You have reached that point of the school year when students begin working with fractions with different denominators. This lesson is the perfect way to introduce the concept of finding and using common denominators by connecting to their previous knowledge of equivalent fractions. You will follow the 5 E's Lesson Model (Engage, Explore, Explain, Elaborate, and Evaluate) and guide your students to fully understanding this challenging concept.
Teacher Lesson Plan
-Description of the 5 E’s Lesson
-Guiding Questions for each stage of the lesson
-Collaborative Structures built into the lesson
Student Work Pages
-Follows each stage of the lesson
Exit Ticket to be used as a formative assessment
Answer keys for all work pages
-Students will model equivalent fractions.
-Students will explore the concept of a common denominator.
-Students will justify that a number is a common denominator using models.
4.NF.1: Explain why a fraction a/b is equivalent to a fraction (n × a)/(n × b) by using visual fraction models, with attention to how
the number and size of the parts differ even though the two fractions themselves are the same size. Use this principle to
recognize and generate equivalent fractions.
4.NF.2: Compare two fractions with different numerators and different denominators, e.g., by creating common denominators or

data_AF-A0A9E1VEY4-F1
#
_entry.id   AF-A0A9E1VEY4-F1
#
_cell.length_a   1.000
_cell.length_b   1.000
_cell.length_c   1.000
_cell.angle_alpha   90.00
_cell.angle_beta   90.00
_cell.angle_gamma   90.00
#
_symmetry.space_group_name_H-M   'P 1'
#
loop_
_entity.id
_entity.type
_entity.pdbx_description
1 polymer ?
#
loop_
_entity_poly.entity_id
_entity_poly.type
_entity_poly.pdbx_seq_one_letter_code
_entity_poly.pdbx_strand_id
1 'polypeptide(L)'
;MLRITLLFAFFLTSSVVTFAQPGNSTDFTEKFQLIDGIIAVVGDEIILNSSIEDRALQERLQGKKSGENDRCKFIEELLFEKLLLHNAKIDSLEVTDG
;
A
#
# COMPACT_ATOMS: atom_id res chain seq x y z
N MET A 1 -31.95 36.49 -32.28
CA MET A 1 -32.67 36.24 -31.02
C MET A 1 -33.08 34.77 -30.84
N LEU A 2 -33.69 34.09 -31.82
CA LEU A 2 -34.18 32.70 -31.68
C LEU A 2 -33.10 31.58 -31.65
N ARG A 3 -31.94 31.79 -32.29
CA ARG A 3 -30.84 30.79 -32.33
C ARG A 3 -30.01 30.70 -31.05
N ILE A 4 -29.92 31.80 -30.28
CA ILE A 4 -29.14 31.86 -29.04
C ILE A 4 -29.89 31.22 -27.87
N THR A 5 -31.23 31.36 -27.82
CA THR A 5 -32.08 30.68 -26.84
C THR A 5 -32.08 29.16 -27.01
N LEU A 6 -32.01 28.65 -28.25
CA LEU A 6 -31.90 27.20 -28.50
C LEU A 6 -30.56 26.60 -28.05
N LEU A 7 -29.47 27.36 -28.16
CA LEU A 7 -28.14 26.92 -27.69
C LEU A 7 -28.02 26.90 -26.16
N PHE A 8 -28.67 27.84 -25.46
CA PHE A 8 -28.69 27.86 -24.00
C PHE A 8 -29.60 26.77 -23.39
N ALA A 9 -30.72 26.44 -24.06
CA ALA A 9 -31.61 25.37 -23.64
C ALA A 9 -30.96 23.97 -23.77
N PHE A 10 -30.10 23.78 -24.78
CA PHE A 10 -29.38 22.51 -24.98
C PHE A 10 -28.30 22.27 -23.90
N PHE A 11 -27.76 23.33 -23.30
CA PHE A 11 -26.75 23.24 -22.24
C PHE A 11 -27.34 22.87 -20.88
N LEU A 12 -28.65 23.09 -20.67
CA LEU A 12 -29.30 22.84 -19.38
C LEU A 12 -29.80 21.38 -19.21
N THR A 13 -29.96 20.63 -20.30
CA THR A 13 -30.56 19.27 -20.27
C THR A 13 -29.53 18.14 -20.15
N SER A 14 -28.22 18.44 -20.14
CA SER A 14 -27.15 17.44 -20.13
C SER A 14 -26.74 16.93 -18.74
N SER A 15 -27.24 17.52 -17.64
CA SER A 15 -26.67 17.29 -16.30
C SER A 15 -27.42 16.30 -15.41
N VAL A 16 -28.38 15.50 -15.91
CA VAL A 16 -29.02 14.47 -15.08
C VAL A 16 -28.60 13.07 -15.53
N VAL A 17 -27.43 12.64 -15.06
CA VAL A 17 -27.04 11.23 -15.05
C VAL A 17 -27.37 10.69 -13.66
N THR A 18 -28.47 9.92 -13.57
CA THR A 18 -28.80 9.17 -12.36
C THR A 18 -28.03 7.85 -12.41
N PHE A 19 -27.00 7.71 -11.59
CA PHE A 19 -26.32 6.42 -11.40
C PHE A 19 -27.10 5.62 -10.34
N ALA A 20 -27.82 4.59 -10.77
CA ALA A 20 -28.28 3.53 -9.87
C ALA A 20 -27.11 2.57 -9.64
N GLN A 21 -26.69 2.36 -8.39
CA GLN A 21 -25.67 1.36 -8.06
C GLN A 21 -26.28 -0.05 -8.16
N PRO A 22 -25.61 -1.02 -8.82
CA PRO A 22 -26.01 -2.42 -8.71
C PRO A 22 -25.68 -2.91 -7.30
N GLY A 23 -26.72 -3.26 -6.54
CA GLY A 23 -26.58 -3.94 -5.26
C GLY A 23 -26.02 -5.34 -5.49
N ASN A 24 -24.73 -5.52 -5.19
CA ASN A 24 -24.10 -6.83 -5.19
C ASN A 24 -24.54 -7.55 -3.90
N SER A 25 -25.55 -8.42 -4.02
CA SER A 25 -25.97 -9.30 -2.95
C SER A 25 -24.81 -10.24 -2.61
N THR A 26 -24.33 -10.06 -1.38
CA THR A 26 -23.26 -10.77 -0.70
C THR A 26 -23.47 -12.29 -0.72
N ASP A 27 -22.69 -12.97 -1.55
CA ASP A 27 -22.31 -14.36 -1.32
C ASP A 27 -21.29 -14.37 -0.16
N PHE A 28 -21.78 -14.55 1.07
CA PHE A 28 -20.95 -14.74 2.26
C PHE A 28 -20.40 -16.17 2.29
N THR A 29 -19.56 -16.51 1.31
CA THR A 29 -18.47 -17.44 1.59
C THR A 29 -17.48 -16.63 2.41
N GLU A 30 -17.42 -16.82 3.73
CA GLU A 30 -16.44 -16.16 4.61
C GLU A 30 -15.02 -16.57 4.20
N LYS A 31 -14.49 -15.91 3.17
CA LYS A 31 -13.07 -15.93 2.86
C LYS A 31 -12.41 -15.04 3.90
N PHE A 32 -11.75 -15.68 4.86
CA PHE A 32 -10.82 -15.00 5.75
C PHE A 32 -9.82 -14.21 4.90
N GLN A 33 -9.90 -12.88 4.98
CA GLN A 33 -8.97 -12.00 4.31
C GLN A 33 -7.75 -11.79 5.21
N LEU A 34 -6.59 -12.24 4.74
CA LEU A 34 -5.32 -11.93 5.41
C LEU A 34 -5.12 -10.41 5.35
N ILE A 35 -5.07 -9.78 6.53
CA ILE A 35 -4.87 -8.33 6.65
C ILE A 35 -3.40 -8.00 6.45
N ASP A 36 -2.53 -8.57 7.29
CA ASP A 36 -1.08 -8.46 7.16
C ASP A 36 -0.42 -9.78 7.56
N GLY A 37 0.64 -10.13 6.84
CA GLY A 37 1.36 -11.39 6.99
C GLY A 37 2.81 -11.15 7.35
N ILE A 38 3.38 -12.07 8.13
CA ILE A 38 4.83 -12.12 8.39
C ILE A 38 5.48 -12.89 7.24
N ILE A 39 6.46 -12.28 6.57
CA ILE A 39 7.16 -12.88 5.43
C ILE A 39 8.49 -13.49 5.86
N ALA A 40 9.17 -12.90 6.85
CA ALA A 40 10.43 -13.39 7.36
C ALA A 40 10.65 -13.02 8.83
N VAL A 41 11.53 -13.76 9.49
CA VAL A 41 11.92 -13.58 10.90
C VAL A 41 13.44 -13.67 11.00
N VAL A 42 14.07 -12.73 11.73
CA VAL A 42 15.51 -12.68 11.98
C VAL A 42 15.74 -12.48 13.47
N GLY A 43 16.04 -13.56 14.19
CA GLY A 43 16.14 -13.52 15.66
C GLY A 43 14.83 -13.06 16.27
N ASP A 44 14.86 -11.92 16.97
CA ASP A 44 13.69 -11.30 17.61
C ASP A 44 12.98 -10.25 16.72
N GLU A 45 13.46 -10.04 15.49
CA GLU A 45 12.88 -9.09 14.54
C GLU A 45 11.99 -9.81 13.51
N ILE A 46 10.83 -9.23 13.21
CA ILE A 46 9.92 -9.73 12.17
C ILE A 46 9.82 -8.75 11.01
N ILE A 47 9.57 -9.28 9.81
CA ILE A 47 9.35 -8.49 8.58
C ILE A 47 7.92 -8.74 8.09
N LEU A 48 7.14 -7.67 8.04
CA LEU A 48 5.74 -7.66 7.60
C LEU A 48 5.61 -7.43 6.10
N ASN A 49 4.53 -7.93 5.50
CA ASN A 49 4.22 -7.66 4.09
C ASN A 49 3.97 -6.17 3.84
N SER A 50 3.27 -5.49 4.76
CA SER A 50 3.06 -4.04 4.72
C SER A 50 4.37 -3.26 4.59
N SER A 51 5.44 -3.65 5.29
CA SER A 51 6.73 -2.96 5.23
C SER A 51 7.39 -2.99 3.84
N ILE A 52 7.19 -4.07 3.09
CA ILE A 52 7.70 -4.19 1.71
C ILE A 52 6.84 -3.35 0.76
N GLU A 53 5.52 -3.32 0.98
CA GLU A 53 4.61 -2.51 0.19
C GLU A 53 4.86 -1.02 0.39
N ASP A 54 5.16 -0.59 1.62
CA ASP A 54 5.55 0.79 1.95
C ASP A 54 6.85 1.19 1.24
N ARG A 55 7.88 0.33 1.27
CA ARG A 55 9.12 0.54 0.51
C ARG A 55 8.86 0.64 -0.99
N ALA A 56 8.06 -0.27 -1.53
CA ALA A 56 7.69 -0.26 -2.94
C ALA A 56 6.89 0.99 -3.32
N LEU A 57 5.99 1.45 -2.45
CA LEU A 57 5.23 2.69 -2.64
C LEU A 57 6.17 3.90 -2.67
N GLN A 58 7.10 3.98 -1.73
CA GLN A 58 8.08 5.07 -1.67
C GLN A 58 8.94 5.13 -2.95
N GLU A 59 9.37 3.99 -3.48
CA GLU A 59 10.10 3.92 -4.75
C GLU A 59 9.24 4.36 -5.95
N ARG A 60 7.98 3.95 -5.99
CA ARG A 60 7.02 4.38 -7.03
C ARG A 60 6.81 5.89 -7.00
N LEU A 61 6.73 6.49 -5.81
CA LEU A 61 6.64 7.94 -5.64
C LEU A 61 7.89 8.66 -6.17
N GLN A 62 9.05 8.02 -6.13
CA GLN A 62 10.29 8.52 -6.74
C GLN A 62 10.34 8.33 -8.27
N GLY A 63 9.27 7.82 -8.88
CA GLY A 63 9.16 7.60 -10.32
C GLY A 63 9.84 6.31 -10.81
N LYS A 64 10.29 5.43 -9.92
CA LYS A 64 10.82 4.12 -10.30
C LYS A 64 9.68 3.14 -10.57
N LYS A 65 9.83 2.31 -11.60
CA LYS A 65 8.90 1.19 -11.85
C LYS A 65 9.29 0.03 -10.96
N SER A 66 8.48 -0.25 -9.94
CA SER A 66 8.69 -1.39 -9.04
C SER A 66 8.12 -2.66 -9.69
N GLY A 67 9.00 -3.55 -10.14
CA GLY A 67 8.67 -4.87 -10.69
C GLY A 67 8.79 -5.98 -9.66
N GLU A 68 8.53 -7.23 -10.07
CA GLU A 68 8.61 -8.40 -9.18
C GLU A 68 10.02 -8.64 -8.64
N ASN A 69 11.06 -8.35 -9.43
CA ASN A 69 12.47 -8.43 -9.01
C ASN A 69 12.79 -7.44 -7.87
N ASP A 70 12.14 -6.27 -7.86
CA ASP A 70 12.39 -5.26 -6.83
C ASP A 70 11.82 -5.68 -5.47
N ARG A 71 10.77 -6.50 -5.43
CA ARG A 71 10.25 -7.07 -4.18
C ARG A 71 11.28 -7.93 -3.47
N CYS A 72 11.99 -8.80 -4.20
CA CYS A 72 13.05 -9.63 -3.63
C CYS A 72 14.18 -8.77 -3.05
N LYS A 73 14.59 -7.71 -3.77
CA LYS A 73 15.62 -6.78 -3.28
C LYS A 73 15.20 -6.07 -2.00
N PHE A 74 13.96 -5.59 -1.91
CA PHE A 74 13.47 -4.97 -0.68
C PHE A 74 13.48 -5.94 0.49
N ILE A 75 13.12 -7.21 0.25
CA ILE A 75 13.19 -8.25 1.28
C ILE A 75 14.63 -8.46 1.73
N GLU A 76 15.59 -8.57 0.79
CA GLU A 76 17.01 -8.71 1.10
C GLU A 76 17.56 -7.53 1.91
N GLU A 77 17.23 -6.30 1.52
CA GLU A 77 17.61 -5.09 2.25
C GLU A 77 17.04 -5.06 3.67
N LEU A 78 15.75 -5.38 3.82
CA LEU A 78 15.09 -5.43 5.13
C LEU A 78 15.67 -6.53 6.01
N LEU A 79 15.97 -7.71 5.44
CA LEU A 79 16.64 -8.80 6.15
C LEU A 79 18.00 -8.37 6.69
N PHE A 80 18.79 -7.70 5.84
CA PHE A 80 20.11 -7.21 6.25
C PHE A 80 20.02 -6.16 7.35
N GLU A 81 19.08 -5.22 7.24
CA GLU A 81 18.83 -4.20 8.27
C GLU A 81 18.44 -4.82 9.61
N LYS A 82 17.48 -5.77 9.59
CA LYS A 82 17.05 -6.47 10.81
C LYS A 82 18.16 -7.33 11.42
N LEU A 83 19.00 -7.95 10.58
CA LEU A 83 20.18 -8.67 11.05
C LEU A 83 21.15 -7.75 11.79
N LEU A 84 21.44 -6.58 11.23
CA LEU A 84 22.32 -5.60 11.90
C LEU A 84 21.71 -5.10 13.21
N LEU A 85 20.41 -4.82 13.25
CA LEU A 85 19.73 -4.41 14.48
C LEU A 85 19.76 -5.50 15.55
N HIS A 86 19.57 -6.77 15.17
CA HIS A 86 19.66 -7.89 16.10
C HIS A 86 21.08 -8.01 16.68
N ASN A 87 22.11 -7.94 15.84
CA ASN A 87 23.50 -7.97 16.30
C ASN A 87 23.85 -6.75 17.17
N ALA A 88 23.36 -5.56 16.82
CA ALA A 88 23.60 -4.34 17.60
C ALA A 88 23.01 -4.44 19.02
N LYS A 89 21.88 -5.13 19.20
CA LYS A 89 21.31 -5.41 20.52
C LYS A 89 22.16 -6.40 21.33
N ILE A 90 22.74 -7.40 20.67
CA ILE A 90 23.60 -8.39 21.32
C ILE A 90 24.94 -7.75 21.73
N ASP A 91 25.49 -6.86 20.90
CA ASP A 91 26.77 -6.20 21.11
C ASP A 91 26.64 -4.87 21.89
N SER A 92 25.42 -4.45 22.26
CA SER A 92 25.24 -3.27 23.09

numerators, or by comparing to a benchmark fraction such as 1/2. Recognize that comparisons are valid only when the two
fractions refer to the same whole. Record the results of comparisons with symbols >, =, or <, and justify the conclusions,
e.g., by using a visual fraction model.
5.NF.1: Add and subtract fractions with unlike denominators (including mixed numbers) by replacing given fractions with equivalent fractions in such a way to produce an equivalent sum or difference with like denominators.
5.NF.2: Solve word problems involving addition and subtraction of fractions referring to the same whole, including cases of unlike denominators, e.g./ by using visual fraction model or equations to represent the problem.
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Model Common Denominators
by Kimberly Rios
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